The following extracts have been taken from
"Phosphorus in the environment: its chemistry and biochemistry" by John R. Van Wazer
of the Chemistry Department of Vanderbilt University, Nashville, Tennessee.
(CIBA Foundation Symposium 57, 1978.)
The unprecedented increase in the worldwide population of humans - a growth which has been underway for two centuries and has been continuously accelerating - seems to be a root cause of many of the problems of today. Current events once more arouse fears that the probable conclusion of our present growth era will unfortunately consist of widespread death from famine, pestilence, and social disruption of various kinds.
People living in areas of high population density can exist in long-term equilibrium with the land without appreciable ecological damage; but a rapidly growing population has little chance of attaining this state because of ceaseless struggles to support the newcomers.
The rapidly growing poorer countries cannot possibly fulfil their aspirations for 'development' while maintaining their present birthrates.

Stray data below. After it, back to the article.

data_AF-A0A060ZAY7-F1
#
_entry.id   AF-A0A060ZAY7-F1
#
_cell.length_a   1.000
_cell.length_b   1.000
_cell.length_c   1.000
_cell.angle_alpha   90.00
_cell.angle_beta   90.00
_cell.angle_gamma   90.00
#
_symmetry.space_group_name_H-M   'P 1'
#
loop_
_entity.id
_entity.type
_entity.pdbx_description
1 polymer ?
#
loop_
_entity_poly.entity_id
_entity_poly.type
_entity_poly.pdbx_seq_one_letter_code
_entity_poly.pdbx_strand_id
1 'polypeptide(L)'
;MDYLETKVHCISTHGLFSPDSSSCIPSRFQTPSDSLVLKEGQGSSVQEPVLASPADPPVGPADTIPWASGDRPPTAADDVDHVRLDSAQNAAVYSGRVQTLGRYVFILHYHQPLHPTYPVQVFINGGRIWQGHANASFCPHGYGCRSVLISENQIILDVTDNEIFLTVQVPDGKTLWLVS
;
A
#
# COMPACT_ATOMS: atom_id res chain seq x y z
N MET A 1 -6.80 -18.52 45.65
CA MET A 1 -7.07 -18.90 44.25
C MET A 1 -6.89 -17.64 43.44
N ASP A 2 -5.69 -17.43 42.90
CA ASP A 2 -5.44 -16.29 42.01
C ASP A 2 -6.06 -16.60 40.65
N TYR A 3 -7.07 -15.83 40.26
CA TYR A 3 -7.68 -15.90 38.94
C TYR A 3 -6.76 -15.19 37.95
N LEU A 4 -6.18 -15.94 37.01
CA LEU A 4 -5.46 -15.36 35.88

In any event, soil erosion and other factors converting arable lands into wasted areas continue relentlessly while more and more supporting territory, such as swamps and forests, are converted into farm-land. The problems of soil erosion and other forms of land degradation are not restricted to the developing countries. The USA and Canada in their role as providers of food for the rest of the world are experiencing erosion of the soil by water and wind at a much higher rate than is at all consistent with permanent agriculture.
WHAT THE FUTURE MAY BRING
In view of these speculations about the future, what attitude should be taken with respect to the use of phosphorus? In the long-term, whatever is done about the use of phosphate rock is unimportant; in the short-term, it seems advisable for the good of all mankind (regardless of race, country or economic status) not to support population growth by any means (including phosphate-based fertilisers) in geographical areas where little or no attempt is being made to check this growth. Likewise, phosphorus chemicals should not be used to support over consumption, so that the environment need not be degraded frivolously.